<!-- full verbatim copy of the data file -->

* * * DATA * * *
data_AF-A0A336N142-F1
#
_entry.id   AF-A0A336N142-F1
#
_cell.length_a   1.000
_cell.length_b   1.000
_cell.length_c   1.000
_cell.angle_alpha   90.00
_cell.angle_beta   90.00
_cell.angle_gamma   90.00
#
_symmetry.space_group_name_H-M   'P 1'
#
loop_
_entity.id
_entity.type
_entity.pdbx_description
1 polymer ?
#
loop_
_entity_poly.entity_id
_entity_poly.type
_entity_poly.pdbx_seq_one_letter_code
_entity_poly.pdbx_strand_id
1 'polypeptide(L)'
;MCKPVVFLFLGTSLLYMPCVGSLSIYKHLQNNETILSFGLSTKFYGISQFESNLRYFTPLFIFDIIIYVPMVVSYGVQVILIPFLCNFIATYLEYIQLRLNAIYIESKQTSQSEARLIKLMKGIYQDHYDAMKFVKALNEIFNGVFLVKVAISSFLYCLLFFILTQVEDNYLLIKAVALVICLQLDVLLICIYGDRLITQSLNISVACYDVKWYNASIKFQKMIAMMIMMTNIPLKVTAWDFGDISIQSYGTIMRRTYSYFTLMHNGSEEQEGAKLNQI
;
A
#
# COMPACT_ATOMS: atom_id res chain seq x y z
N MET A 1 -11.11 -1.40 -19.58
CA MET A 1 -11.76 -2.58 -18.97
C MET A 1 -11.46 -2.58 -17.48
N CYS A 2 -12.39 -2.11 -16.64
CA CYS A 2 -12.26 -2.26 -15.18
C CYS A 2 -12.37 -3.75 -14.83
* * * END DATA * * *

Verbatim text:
data_AF-A0A336N142-F1
#
_entry.id   AF-A0A336N142-F1
#
_cell.length_a   1.000
_cell.length_b   1.000
_cell.length_c   1.000
_cell.angle_alpha   90.00
_cell.angle_beta   90.00
_cell.angle_gamma   90.00
#
_symmetry.space_group_name_H-M   'P 1'
#
loop_
_entity.id
_entity.type
_entity.pdbx_description
1 polymer ?
#
loop_
_entity_poly.entity_id
_entity_poly.type
_entity_poly.pdbx_seq_one_letter_code
_entity_poly.pdbx_strand_id
1 'polypeptide(L)'
;MCKPVVFLFLGTSLLYMPCVGSLSIYKHLQNNETILSFGLSTKFYGISQFESNLRYFTPLFIFDIIIYVPMVVSYGVQVILIPFLCNFIATYLEYIQLRLNAIYIESKQTSQSEARLIKLMKGIYQDHYDAMKFVKALNEIFNGVFLVKVAISSFLYCLLFFILTQVEDNYLLIKAVALVICLQLDVLLICIYGDRLITQSLNISVACYDVKWYNASIKFQKMIAMMIMMTNIPLKVTAWDFGDISIQSYGTIMRRTYSYFTLMHNGSEEQEGAKLNQI
;
A
#
# COMPACT_ATOMS: atom_id res chain seq x y z
N MET A 1 -11.11 -1.40 -19.58
CA MET A 1 -11.76 -2.58 -18.97
C MET A 1 -11.46 -2.58 -17.48
N CYS A 2 -12.39 -2.11 -16.64
CA CYS A 2 -12.26 -2.26 -15.18
C CYS A 2 -12.37 -3.75 -14.83